MUIR: Right now, when you see one of those ships go through here, everything stops – every ship stops for safety; it all freezes when that ship is going through.  And they have tugs on it; they have developed a regulatory regime that has, I think, left people satisfied with the current level. When one of those ships moves through this harbour it creates about $300,000 in direct revenues from that one ship coming through, in things like demurrage fees, and all of that accrues to the local economy over the year.  So it’s not like it is all risk and no benefit, and I think people have seen that for the last fifty years.  You know I think people are trying to figure out what the facts are that are relevant to their decisions, because they are torn.  They are hearing from one side – the 15% of people we see in our research who are fine with anything and everything, and I am not sure I am comfortable with that.  And then there’s 15% who I have called – and I have heard others say this too, it’s not a pejorative - "anti-everything". These are people who really are uncomfortable with anything changing.  And yet, at the same time, the costs of health care, those are going up; we have higher expectations; we have got to have that new bridge; we have to have that new hospital.  We have got to have it – well, how do we pay for it?

BERMAN: Well, it is not fuelled by the oil and gas sector, not for British Columbia, and in fact not for all of Canada.  It’s a myth to think that our economy is driven right now by oil and gas, because it’s not.  It will be if we allow projects like Kinder Morgan’s pipeline to go through, and if we allow the expansion of the Oilsands at the rate that the industry and this federal government is proposing.  Then we will become dependent on it and the risks will be that much more.  Many of the experts of - the National Energy Board have consultants who have consulted, who have put forward reports, have said that it is not a matter of if a spill will happen.  At this level of tanker traffic, it is a matter of when, and we don’t need to take that risk: it is an unnecessary risk; it is a risk that is predominantly to increase profits for some of the wealthiest companies on the planet, and will not provide significant jobs for British Columbia.  We need to focus on what does provide good jobs for British Columbia, and right now - in fact, 85,000 are coming from the high-tech industry.walkinpark4.jpg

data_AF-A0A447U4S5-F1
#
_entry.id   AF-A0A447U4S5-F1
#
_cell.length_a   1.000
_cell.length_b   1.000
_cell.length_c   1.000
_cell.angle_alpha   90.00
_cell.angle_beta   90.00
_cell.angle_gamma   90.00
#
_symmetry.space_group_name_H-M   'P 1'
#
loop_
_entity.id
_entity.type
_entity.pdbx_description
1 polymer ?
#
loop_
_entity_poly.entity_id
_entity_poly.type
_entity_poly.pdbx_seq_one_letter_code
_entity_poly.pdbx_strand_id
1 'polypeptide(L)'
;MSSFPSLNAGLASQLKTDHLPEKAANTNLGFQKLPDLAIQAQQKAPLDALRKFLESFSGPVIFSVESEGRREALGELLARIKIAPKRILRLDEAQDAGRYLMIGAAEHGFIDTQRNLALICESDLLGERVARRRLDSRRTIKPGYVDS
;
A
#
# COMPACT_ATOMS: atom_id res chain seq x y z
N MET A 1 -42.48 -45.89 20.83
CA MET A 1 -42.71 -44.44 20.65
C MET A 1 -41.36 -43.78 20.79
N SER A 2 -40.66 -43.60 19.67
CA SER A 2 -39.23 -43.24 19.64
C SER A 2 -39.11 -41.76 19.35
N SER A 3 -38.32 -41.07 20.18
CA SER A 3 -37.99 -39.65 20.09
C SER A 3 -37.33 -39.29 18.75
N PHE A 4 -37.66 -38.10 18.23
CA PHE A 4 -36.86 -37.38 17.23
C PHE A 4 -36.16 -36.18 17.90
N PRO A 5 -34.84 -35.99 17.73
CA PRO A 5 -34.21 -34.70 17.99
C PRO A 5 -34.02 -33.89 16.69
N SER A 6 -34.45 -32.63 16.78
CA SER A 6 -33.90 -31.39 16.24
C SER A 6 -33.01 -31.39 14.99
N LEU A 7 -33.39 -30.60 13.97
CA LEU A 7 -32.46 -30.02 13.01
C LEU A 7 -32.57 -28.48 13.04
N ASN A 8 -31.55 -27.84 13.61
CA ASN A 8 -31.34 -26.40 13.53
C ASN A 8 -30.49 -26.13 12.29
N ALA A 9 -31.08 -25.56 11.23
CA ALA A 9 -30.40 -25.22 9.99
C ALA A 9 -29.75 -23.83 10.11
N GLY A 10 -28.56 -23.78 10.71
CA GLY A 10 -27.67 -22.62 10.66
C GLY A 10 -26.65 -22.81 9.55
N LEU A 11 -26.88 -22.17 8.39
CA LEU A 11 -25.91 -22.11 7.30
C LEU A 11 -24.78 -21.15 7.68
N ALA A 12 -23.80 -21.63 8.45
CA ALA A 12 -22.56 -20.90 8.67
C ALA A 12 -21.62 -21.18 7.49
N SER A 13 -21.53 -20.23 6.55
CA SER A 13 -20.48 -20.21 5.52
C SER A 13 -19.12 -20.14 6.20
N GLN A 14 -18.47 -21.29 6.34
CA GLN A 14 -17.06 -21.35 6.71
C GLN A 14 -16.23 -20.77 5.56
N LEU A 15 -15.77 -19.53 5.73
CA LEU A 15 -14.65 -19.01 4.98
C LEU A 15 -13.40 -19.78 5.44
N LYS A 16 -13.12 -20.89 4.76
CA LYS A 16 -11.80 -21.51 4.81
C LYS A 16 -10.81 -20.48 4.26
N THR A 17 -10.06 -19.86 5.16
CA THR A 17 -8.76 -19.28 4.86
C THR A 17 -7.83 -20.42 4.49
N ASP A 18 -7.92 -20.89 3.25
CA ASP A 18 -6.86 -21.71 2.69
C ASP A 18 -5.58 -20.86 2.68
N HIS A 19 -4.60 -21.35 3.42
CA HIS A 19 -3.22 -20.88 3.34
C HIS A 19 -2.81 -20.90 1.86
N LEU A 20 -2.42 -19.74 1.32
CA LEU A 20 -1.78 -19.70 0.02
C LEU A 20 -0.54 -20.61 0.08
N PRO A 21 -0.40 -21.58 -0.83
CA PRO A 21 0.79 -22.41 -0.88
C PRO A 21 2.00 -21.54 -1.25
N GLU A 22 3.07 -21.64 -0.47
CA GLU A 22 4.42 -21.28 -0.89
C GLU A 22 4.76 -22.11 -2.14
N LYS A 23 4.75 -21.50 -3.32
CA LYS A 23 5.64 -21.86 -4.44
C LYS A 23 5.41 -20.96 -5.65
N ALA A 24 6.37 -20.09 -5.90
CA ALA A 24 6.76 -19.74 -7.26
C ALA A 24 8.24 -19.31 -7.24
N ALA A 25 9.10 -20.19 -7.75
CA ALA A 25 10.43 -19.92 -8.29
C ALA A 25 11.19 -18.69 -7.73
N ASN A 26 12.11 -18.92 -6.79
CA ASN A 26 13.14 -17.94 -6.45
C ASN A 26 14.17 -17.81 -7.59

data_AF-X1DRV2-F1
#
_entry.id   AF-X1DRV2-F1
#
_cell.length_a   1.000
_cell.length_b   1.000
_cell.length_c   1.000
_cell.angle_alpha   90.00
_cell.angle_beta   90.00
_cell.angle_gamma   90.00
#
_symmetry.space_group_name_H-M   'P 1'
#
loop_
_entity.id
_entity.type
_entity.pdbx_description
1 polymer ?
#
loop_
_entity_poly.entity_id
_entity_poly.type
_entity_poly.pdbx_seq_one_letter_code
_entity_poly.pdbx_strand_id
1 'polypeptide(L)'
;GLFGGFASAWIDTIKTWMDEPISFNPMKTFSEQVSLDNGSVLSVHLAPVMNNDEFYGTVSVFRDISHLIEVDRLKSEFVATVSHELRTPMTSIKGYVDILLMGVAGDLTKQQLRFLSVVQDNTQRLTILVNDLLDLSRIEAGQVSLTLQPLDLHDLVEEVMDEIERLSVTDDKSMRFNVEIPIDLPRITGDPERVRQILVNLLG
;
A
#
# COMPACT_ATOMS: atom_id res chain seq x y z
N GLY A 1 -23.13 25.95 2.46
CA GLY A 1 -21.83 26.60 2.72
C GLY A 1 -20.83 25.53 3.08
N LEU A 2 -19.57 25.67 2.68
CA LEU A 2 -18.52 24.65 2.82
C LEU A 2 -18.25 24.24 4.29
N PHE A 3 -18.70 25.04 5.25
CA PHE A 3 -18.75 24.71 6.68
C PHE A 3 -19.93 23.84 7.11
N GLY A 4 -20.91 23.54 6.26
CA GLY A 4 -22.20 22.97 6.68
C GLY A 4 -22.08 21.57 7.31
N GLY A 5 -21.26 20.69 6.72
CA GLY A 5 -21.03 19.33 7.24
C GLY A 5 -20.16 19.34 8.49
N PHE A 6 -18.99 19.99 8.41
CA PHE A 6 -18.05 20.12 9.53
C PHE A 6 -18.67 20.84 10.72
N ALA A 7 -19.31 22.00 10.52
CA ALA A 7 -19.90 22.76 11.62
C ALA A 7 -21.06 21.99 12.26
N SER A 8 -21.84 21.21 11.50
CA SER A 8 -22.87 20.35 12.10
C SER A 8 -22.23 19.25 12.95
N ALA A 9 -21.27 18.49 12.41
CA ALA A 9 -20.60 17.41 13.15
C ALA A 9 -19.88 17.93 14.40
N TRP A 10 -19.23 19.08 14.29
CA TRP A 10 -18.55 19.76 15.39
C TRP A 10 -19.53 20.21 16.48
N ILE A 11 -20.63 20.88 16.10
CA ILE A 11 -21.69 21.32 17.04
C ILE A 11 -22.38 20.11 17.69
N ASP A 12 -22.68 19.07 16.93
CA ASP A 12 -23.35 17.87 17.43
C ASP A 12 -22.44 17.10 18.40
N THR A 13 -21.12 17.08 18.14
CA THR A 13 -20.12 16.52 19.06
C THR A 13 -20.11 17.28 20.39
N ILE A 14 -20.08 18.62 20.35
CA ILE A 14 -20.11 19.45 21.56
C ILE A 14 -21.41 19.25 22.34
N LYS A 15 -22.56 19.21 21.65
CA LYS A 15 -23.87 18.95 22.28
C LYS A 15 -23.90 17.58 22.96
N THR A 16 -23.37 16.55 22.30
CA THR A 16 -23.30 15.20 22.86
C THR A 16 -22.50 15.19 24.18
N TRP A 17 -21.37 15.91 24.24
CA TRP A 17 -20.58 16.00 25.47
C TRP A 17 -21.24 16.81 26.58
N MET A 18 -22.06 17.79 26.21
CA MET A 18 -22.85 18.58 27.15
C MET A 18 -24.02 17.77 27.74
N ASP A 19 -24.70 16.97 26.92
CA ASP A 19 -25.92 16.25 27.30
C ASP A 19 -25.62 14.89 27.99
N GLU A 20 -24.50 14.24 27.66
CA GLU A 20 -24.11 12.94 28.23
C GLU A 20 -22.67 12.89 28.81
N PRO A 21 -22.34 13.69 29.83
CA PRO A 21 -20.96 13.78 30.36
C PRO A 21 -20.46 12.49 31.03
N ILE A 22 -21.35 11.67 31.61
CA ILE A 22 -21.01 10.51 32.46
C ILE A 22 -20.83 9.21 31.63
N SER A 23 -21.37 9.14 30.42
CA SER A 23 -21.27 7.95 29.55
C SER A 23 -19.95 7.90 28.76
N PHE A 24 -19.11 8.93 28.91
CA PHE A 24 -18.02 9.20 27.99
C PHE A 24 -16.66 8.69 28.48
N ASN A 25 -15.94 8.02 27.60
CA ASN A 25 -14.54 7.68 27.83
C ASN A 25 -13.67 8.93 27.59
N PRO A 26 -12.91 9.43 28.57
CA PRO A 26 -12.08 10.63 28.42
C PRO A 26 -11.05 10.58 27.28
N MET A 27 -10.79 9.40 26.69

MUIR: The high-tech economy in Vancouver, especially, is one of the exciting stories here.  And the other day I met a young entrepreneur, a businessman.  He is pioneering technology for the natural gas industry in Canada that reduces the water wastage.  So instead of disposing of that water that has to be used in large quantities in natural  gas extraction, he has found a way to recycle it, which sounds like a really smart thing to do.  And I think for a lot of people looking at the economic facts of our economy, that’s the future.  Right now there’s – although they don’t talk about it nearly enough in my opinion - there is a carbon levy in Alberta.  It is not perfect but it has created a fund that has the impact of $1.6 billion in investment into things like that.  Just on the other side of this container port, there is a company that is in a similar area, involving also the oil sands and purifying water.  This is happening in Vancouver; these are high-tech jobs.  There are so many people in really neat high-tech things which are natural resource jobs and not counted by critics dismissing the resource economy who insist on only counting direct jobs in the field.  Our natural resources are here for us to develop responsibly, sustainably, for the future of our nation.